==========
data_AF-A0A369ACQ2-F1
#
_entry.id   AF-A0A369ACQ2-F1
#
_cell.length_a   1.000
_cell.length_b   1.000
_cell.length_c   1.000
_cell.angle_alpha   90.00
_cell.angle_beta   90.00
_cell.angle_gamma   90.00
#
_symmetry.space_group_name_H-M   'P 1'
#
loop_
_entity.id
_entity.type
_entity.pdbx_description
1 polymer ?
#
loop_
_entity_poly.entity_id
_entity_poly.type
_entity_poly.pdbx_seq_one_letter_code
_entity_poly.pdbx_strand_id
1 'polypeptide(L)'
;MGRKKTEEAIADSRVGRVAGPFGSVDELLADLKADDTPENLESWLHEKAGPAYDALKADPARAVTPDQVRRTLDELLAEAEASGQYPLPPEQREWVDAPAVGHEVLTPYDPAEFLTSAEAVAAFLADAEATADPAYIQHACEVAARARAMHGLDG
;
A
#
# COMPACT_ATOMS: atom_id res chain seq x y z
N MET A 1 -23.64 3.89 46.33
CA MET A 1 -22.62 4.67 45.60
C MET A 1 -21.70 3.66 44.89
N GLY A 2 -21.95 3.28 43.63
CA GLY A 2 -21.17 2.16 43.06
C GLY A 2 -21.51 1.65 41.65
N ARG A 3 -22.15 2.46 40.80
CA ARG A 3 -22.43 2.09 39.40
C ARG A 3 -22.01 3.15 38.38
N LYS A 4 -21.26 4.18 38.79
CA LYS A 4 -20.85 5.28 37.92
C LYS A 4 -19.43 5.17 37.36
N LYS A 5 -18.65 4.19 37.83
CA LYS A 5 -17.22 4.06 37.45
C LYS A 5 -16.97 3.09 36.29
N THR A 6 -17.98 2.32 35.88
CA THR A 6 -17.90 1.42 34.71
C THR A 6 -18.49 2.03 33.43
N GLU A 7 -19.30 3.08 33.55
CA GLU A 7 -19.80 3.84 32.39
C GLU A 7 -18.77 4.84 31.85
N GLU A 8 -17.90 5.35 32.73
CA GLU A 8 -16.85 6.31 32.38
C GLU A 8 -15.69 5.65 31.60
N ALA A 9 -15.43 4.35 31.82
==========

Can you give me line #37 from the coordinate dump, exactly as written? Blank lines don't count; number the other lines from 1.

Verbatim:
N ARG A 3 -22.15 2.46 40.80